How are You Leveraging Your Next Lap?

How are You Leveraging Your Next Lap?
Thomas Thompson
April 12, 2022
min read

When I was in high school, I wanted to play sports.  Now, my legs were not really built for long distance (my brief career as a cross country runner was punctuated with PA announcements of, “Please stay off the track, we still have a runner competing).  And I was not really good at any sport where I had to catch, handle, or throw a ball.

So I ran track.  And my race was the 1600 meter relay, or what we used to call the mile relay.  4 runners, 4 laps, a gutbuster of a race.  Each lap required a different focus and skill–one for the start, another for the 1st handoff, another for that 3rd lap, and then the anchor brings the baton home.

Normally the anchor is the most experienced or fastest runner.  Think of Carl Lewis or Usain Bolt.  Our coach, however, had a different strategy.  He loaded his first three legs with his fastest runners, hoping that the anchor could make up some ground, or at least, preserve whatever lead the team had.

So I became anchor of the 1989 First Baptist Academy Saints 4x400 relay team.

Now, a relay race relies on runners who can run a distance that is not truly a sprint, yet not fully long distance.  This means they can’t just go all out, but have to pay attention to acceleration, pace, curves, and straightaways.

And you need runners who have to do what no other track competitor in any event has to do–run with equipment in your hand.  A small, colored tube weighing less than a quarter pounder hamburger.  In ancient days I imagine this tube carried scrolled up messages of important military tactics, or urgent political intrigue.  But this tube is just filled with air.  It's only value lies in it not being dropped.

So runners work as a team to perfect the three handoffs of that baton.  I remember the four of us, standing in practice one in front of another, swinging our arms and practicing that handoff over and over again.  One two three, hand back.  One two three hands back.

See, it was crucial for us to focus on navigating that 20 meters of track where we synced up strides of our legs and arms, to pass that baton for the next lap.  There is a brief, beautiful moment that happens three times a race.  Where in the middle of the takeover zone, the runner finishing his lap extends the baton, slapping it into the waiting hands of the takeover runner, who blindly awaits that THWACK in his palm, the closing of his grip, and the baton is now fully his to carry, and his lap begins.  But for a moment, a fraction of a second, these two runners become one.  Two runners, one baton, one speed, one united mind.  And then it's gone.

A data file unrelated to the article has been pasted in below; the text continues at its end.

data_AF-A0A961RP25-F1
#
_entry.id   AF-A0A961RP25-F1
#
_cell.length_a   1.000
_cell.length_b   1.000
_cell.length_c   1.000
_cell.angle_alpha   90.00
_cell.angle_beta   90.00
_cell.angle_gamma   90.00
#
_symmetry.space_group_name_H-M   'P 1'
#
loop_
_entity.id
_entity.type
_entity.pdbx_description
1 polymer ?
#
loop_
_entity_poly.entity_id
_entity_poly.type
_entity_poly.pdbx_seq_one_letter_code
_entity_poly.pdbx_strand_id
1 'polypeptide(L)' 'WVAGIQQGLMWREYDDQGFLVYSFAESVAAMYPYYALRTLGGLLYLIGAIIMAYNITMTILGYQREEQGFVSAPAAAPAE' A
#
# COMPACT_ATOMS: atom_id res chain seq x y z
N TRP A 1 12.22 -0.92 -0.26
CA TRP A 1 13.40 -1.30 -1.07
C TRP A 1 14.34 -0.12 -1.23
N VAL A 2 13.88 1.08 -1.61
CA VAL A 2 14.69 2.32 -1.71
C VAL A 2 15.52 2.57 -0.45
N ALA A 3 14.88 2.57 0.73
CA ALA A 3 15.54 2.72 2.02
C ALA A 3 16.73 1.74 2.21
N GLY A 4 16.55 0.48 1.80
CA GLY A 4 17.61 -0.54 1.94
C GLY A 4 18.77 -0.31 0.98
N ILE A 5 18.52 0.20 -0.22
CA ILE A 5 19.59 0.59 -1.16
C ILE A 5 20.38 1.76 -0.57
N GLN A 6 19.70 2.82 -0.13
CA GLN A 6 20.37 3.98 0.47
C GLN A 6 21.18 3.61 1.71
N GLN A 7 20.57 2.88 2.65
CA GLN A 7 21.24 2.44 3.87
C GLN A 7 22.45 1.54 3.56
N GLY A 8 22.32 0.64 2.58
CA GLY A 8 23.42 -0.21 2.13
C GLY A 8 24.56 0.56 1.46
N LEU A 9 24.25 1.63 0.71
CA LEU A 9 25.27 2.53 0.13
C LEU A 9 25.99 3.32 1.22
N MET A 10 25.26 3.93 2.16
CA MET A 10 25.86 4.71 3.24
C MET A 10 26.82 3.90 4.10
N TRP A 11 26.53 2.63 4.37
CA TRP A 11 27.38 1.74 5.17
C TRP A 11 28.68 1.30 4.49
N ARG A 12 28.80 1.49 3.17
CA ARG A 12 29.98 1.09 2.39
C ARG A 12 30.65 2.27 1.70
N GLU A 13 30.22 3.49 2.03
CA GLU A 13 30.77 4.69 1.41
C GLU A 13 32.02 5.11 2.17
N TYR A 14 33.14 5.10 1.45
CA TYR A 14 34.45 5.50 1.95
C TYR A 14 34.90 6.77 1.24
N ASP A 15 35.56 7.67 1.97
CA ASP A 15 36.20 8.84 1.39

After that baton is handed off, your lap is done.  Gone forever.  There is nothing more you can do once the baton has left your hands.  You slow down, raise your hands above your head to open up your lungs, and make your way over to greet the anchor when his lap–and your race–is finally done.  

I said there were three handoffs, but actually there are four.  The final handoff takes place after the race is over.  When you’ve crossed the line, the timekeeper clicks the watch, it's in the books.  Then the four of you find your Coach, clipboard in one hand, other hand outstretched to take that final handoff.  He takes the baton and tells you “Great race.” 

We were never the fastest relay team in the district, but I am proud to say my best leg time was ONLY 17 seconds off of Usain Bolt’s world record!  

What does this race have to do with you?

You have been entrusted with something that matters.  Something that matters to God, something that matters to people in this world, and something that matters to you.

A baton.  Your baton.  Your 50 gram tube that you carry through the lap of your life.  No one carries it for you.  

Q: What is this baton?

A: Your leadership.  How you carry the precious time, people, health, possessions, responsibilities, and potential has been entrusted to you.  It is not yours to keep, but you do carry it.  It will outlast your lap, it will live on when you are done.  It is the contribution of your life.

And yet, there is a twist.  The twist is that in the race of your life…You are handing off the baton to yourself.  

  • You are the starter lap, launched out of the blocks when God fires the starter pistol.  
  • You are the second lapper, taking the baton from yourself as you step into your prime.  
  • You are that third leg, having to build upon or catch up from the previous half of your race,
  • And you are your own anchor, running your last lap without a handoff in sight, only a finish line to cross.

So the running of this race, or what I call “stewarding the baton of your leadership” takes on great import as you realize three sobering truths:  

  1. How you run this lap sets up your next lap.
  2. Each lap has its own strategy and approach.
  3. Ultimately, you are not racing against the person next to you.  You are racing time itself,  leveraging each lap for your best finish.

So leaders like you begin to ask questions like: 

Q: How do I steward my leadership baton?  

Q: How do I leverage my lap?  

Q: How do I gain ground that was lost or preserve leads I’ve been given?

Often these questions surface the idea of transition, of the next lap looking different than the one before.

How will you leverage your next lap? I'd love to talk with you more about this. Shoot me an email and let's start leveraging your next lap today.

I founded Thompson Leadership to come alongside leaders like you. Together, we will unpack your unique leadership, unearth your biggest challenge, and create an action plan to close the gap between where you are and where you want to be.
Connect with Thomas
© 2022-2023 Thompson Leadership. All right reserved.
Privacy Policy